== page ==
Spider plants are one of the most popular houseplants. Spider plant care is minimum and requires little attention when growing. Give them their basic necessities and you will never hear them complain. This the reason most people tend to carry out spider plant propagation without any hassle. Just follow the simple rules of propagation and you will have beautiful, flourishing plants in your pot. If you too are trying to grow these houseplants in your home, then I shall help you learn more about them.
Spider Plant Information
The scientific name for spider plant is Chlorophytum comosum. It is also known by its common names such as airplane plant, ribbon plant, spider ivy, etc. These are the easiest plants to grow and the most preferred by beginners. They rarely give you problems and not only are they pretty looking plants, but environmental friendly too. It has been found, spider plants tend to absorb the indoor pollutants and release more of oxygen. So, if you are looking forward to breathe fresh air in your home, you can grow these indoor plants. Spider plants have green leaves with white margins. A few variants have green leaves with a white line in the center. These plants grow out little plantlets that look like spiders climbing down their web.
Before we go into the details of spider plant propagation, let us look at the requirements. These plans need a well-drained potting soil. The soil should drain well as these plants do not like their soil wet. They need medium to low light conditions and should be kept near a sunny window twice a week. If you over water or over fertilize your plants, they tend to turn brown. Do not keep them under direct sunlight. Water the plants once a week and do not use tap water. The chemicals in the tap water tends to dry them out. They need constant temperature to grow and will wither if the temperature falls below 40 °F.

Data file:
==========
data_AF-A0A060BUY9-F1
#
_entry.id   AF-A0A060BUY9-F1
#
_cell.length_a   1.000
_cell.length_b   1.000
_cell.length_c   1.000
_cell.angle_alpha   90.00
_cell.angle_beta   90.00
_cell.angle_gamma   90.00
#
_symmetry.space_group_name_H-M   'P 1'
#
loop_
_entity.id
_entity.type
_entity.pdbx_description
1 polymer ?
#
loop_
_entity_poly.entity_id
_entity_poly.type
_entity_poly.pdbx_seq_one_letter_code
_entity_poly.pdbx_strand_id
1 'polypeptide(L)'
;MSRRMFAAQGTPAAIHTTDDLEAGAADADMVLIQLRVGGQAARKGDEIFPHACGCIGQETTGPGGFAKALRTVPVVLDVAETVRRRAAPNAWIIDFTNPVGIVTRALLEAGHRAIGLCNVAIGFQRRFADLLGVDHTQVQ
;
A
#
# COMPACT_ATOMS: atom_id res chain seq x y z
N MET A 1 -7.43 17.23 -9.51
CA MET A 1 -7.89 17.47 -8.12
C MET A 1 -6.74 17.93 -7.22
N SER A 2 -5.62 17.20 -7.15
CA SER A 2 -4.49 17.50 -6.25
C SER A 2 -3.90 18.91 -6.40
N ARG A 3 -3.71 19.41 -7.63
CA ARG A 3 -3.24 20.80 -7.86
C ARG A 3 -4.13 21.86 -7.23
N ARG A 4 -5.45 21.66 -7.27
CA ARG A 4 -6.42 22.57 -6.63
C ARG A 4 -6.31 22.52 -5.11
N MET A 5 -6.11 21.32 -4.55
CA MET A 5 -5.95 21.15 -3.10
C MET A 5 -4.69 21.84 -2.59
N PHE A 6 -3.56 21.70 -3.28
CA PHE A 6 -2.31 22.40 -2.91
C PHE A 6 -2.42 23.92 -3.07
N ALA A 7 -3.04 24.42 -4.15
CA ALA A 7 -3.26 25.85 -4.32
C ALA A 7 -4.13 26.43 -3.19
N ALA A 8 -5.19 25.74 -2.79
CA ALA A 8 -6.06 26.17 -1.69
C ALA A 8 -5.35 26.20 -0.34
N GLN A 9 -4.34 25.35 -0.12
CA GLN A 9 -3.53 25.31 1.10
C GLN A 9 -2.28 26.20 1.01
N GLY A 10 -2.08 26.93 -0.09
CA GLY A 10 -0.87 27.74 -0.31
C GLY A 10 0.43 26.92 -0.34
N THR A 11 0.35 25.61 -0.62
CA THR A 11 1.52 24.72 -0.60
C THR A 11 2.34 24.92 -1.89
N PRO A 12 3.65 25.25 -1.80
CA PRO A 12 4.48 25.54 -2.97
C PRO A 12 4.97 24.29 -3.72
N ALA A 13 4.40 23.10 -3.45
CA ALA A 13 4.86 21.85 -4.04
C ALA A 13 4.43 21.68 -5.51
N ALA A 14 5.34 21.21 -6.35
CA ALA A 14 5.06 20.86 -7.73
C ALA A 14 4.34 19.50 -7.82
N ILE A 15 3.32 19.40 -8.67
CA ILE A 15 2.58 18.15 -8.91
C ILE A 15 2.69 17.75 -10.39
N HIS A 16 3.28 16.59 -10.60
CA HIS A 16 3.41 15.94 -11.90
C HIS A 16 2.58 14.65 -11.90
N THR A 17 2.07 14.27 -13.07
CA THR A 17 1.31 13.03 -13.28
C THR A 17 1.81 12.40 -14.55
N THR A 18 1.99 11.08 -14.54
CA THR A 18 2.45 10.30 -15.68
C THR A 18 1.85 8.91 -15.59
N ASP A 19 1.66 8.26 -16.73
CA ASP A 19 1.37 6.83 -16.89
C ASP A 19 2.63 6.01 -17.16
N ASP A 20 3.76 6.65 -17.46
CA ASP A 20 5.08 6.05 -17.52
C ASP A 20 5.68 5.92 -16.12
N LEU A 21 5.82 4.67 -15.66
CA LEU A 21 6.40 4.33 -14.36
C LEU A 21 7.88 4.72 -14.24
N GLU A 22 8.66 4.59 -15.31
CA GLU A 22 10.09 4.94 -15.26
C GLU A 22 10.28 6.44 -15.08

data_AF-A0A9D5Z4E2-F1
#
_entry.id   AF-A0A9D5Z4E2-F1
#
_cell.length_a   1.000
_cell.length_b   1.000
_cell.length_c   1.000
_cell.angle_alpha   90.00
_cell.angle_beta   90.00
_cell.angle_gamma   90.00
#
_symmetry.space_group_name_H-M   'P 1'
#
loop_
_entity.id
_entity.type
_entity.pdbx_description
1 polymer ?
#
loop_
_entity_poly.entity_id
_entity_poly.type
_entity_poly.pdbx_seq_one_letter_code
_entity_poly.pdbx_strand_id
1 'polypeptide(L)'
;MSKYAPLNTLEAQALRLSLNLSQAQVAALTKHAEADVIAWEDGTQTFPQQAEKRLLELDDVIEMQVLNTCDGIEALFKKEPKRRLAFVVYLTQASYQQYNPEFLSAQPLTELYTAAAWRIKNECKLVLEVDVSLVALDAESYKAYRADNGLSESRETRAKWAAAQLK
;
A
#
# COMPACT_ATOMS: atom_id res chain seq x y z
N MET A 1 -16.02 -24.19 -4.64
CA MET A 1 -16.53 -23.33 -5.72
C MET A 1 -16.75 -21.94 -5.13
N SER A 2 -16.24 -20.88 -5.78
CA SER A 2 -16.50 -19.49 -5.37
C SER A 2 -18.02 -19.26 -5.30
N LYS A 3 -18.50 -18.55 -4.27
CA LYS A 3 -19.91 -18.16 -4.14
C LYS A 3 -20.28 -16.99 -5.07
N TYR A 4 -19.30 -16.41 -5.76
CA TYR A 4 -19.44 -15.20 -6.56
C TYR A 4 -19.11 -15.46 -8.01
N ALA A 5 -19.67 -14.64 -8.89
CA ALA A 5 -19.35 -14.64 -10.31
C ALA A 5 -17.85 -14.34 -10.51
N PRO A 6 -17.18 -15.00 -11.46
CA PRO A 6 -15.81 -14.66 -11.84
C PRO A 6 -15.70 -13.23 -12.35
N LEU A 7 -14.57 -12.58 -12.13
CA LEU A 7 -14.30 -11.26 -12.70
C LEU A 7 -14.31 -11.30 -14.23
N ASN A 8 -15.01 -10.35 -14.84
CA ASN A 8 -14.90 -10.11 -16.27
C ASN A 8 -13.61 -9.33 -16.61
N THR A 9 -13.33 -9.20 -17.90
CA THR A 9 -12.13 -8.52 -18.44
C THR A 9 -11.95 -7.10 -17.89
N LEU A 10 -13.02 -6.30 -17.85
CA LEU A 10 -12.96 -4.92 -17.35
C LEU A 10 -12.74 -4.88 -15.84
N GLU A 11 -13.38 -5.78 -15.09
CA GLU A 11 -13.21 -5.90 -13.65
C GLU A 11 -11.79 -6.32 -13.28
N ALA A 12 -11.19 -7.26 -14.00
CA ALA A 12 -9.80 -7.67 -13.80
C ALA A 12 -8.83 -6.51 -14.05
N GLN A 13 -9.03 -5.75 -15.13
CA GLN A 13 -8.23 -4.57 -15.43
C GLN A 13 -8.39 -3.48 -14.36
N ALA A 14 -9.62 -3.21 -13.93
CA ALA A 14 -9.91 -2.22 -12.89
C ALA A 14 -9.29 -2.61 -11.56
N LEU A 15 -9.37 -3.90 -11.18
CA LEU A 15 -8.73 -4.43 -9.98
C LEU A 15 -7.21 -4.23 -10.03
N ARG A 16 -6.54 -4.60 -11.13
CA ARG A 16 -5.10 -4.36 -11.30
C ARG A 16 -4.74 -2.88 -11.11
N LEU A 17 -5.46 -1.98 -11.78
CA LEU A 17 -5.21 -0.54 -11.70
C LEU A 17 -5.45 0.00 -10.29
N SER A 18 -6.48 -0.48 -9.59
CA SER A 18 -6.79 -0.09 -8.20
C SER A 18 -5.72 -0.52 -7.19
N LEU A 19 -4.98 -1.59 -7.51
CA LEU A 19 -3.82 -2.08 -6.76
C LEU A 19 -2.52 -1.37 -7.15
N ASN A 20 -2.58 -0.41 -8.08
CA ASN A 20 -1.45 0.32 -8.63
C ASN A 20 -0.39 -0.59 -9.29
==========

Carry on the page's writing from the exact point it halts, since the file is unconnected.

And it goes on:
Spider Plant Propagation
There are two ways you can grow them. Either plant the plantlets in soil or divide the mother plant. You will find you plant will send out stalks or shoots from the mother plant. At the end of these stalks you will find baby plants hanging like tiny spiders. You need to cut off these baby spider plants. Now, you can carry out spider plant propagation in water using these baby plants. Just place the plantlets in water and after a few days you will find the tiny roots reaching a length of about 1 inch. This is the right time to transfer the plants from water to well-drained, potting soil. Once the plant establishes itself it will start producing the stalks and giving out baby plantlets.
You can even try dividing the mother plant. When you find baby plantlets growing, you need to place the babies into another pot while it is attached to the mother plant. Take care of the baby plant just as you would care for the mother plant. Once the roots are fully established in the new pot, cut off the baby plant from the mother. The baby plant will soon flourish and produce plantlets of its own. This method is also known as 'catch the baby' when propagated in its natural South African habitat.
You can just place the fleshy part of the plantlets in water and wait for the roots to grow an inch or more in length. Then place them in rich potting soil that is well-drained. Just make sure you do not use water that is treated with chemicals as these plants are very sensitive to chemicals. Make sure you mist these hanging indoor plants regularly to keep away spider mites. These plants are really easy to grow and care for. Hope this information has been useful for all those trying to propagate spider plants.